The Wild didn’t practice today but held availability at the airport before flying off to Chicago.
Quick blog as I need to catch up to them. Obviously, you know the details: Win Thursday night in Chicago, or the Wild’s 2012-13 campaign is over.
The team is 7-3 all-time in elimination games. It has twice rallied from 3-1 deficits in history.
But the Blackhawks are the Blackhawks and clearly are not going to watch to come back to Minnesota for a Game 6.
Here is captain Jonathan Toews, who was quoted by Mark Lazerus in a Chicago Sun-Times blog today: "I think we'll learn from Game 3 [because] we had the chance to really take control of the series. We knew exactly what to expect from their team, that the first game in their building was going to be a really good one for them. And to be able to throw that effort back in their face would have been huge for us, showing them that even their best might not be good enough -- and we didn't do that at all. This is a chance to kind of redeem ourselves for the way we played in Game 3. Everyone's saying we haven't played our best game yet in this series. We've got to get as close to that as we can."
Wild coach Mike Yeo wouldn’t divulge the starting goalie (if he knows). All three – Nik Backstrom (whom I think starts), Josh Harding and Darcy Kuemper are on the trip.
“We like to keep the other team guessing,” Yeo said, jokingly. “So we’re not only going to not tell them who our starting goalie is, we won’t tell them who our backup goalie is. Really leave them in the dark.”
Yeo said Mike Rupp is on the trip, but Zenon Konopka and Clayton Stoner are not.
He wouldn’t discuss potential lineup or line changes, potential power-play personnel or tactical changes. He again said it’s up to the coaches to provide the proper adjustments to make the players succeed.
Veteran Matt Cullen said it’s important for players not to get overwhelmed by the task at hand. If that happens, it’ll infiltrate Thursday’s must-win game.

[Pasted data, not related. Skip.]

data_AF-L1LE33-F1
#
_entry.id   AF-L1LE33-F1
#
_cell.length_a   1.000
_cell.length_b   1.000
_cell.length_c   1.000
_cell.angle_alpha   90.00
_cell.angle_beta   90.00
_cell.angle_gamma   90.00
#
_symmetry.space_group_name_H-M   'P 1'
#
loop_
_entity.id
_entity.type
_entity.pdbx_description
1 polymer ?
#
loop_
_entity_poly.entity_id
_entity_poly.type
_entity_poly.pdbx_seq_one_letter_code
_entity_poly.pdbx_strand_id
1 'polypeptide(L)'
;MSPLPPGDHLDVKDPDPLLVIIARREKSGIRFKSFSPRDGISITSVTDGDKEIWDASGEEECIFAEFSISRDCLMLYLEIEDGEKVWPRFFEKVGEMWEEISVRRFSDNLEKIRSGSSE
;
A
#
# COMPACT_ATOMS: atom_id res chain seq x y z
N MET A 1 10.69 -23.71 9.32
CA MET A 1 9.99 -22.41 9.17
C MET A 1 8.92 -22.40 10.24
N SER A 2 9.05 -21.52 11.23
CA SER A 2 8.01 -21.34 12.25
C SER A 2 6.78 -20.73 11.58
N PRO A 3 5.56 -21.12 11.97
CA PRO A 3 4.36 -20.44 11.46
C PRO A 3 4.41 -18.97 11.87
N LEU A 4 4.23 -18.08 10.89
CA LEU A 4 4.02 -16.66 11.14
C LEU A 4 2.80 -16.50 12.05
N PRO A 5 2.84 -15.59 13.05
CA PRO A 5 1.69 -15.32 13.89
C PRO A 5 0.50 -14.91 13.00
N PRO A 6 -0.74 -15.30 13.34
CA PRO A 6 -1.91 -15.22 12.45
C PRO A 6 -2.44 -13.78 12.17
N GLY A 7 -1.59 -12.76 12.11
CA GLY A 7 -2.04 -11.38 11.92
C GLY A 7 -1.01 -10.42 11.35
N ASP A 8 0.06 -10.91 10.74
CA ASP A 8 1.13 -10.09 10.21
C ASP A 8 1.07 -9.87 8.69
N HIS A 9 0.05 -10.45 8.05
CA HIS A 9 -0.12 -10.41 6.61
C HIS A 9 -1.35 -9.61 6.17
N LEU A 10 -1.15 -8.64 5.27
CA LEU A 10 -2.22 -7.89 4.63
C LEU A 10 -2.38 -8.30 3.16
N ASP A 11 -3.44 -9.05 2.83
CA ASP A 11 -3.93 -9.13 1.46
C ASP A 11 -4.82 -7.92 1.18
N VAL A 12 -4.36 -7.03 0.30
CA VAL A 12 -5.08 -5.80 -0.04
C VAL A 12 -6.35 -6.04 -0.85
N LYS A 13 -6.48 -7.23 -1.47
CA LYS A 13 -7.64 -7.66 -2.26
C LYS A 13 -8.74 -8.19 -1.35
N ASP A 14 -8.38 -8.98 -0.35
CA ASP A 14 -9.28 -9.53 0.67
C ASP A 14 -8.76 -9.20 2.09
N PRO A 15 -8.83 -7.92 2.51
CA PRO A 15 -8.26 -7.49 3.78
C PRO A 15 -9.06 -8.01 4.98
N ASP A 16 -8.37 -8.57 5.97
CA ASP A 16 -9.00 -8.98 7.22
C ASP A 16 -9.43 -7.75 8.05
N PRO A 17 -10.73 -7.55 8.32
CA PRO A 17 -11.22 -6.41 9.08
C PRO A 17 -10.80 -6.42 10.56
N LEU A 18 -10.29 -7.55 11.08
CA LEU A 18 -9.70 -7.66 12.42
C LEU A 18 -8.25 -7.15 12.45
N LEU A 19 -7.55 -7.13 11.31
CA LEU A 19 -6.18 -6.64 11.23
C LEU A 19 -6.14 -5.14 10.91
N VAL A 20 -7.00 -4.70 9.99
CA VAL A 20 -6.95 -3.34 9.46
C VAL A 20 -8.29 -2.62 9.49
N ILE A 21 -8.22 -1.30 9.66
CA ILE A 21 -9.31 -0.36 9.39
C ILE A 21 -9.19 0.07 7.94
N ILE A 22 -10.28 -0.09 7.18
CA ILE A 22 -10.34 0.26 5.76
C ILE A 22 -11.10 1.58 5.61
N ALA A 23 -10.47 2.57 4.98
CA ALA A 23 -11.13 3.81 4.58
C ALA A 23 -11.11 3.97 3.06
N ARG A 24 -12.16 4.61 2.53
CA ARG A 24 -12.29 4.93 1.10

“You have to narrow your focus,” Cullen said. “We have to focus on our power play, we’ve got to focus on getting our energy level back to where it was a couple games ago. And I think that we see that when we do that we can win and be very successful. So for us, we’ve just got focus on the small things that you need to do and the rest will take care of itself.”
He said of the veterans: “It’s all about leading by example and if we can go out and play the way that we can, we’ll be fine.”
We’ll see what happens Thursday. I don’t see it ending in the Wild’s favor. Frankly, it’s been a weird series.
It’s been one of the more well-mannered, blasé playoff series imaginable.
Other than a few customary skirmishes, there’s been little anger or malice, at least compared to the others around the league.
There’s been no trash talking off the ice, no dueling press conference smack taking, no public gamesmanship, like complaining about diving or dirty plays. The most controversy in the series has been both teams faintly accusing the other of cheating on faceoff.
There’s been nothing but … respect.
Here’s Zach Parise after the Game 4 loss: “There’s a reason why they were on top of the league all year and why they went 20-some games without a loss. They’re a very good team. We have to play a great game to beat them.”
Here’s Patrick Sharp heading into Thursday’s Game 5: “We expect Minnesota to come in and play their best game of the series here in Game 5. They’re a well-coached team, they’ve got some hard-working players over there. They’ve got a lot of character. So they’re going through a few injuries like everyone does this time of year, but no question they’re going to show up and play hard.”
So sweet. I have to get to my gate. I may freshen this up from the air. If not, the pregame skates are 11 and noon Thursday. Talk to you after.

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Goalie drama before crucial Wild game against Chicago